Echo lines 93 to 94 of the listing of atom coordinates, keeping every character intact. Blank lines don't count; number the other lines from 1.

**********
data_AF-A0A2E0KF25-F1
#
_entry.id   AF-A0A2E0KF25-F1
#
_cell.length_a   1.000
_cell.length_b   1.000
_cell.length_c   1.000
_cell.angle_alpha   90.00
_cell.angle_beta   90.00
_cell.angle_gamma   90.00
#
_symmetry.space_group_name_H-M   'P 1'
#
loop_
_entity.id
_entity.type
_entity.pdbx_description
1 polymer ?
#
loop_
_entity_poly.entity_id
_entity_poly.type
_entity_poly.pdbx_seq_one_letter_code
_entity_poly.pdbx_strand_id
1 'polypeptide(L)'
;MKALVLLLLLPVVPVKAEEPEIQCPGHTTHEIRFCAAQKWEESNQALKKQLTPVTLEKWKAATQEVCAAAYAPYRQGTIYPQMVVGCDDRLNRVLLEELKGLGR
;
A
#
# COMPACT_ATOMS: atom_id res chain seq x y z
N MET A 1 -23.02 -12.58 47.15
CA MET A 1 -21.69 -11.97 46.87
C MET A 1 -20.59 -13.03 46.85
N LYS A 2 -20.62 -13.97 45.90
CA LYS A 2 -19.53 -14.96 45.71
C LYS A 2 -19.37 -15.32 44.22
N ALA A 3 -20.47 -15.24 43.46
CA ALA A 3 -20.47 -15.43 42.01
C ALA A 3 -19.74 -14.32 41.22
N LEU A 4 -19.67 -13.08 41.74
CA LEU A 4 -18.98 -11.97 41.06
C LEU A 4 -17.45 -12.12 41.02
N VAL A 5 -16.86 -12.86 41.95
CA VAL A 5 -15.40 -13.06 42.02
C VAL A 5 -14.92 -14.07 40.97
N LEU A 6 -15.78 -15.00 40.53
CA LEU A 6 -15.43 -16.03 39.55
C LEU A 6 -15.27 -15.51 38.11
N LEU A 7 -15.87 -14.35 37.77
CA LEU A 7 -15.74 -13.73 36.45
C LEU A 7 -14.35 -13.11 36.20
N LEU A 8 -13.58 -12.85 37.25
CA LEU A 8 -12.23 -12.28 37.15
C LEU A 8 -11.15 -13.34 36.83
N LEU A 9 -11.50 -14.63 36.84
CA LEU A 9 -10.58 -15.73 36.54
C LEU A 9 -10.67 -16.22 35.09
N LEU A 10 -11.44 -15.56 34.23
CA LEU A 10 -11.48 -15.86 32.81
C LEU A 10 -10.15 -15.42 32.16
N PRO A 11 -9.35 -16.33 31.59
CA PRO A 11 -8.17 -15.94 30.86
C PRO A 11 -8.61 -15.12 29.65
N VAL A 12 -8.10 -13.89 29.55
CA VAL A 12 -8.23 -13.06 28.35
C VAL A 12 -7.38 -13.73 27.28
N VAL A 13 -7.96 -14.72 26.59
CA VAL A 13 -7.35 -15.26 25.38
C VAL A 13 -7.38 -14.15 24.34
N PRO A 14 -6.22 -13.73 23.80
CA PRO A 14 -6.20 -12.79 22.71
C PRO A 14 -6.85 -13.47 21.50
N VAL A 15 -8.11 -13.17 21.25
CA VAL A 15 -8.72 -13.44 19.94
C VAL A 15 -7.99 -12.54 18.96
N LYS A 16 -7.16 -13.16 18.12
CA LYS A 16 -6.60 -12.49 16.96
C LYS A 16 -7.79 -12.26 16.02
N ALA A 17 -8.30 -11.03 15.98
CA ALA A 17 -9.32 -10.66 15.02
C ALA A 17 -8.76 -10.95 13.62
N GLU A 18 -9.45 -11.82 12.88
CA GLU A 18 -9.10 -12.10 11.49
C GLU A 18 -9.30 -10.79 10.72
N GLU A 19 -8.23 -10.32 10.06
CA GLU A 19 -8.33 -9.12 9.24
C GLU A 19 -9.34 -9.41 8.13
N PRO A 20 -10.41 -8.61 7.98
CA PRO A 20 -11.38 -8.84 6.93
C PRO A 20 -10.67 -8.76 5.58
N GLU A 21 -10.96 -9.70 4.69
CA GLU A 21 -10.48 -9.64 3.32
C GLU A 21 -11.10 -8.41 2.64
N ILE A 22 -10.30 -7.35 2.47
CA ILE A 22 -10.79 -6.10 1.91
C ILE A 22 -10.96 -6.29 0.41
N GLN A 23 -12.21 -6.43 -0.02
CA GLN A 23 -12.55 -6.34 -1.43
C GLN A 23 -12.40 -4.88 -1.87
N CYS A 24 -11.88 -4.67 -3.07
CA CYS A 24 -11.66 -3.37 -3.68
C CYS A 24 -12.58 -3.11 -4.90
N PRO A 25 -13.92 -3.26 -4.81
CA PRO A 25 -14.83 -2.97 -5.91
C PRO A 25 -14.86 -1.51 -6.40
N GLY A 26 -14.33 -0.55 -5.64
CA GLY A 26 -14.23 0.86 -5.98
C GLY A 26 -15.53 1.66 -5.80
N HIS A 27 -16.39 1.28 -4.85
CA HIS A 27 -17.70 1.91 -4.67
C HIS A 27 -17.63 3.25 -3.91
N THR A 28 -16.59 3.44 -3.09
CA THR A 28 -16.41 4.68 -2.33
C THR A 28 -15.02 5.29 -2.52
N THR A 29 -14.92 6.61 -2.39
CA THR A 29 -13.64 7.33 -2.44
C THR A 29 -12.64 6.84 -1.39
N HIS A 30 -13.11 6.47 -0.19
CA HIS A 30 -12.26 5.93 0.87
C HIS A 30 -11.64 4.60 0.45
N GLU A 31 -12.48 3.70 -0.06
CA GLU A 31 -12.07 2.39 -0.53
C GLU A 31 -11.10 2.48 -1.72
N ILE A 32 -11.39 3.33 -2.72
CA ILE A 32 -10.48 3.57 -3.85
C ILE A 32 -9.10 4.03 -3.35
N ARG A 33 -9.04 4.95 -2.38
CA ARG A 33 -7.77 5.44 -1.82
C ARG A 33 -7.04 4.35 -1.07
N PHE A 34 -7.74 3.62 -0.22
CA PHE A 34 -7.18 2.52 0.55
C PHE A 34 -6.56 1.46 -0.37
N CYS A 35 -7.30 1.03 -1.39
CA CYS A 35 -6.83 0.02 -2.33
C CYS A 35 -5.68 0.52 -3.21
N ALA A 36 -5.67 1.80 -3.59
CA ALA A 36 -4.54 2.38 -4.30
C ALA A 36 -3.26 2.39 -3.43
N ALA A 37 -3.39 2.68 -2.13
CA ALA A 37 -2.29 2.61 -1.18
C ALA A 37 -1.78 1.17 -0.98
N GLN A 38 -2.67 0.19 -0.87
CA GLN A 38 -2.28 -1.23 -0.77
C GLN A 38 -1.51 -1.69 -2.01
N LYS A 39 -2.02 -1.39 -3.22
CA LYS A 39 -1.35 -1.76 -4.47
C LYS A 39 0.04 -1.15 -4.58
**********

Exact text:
C GLU A 21 -11.10 -8.41 2.64
N ILE A 22 -10.30 -7.35 2.47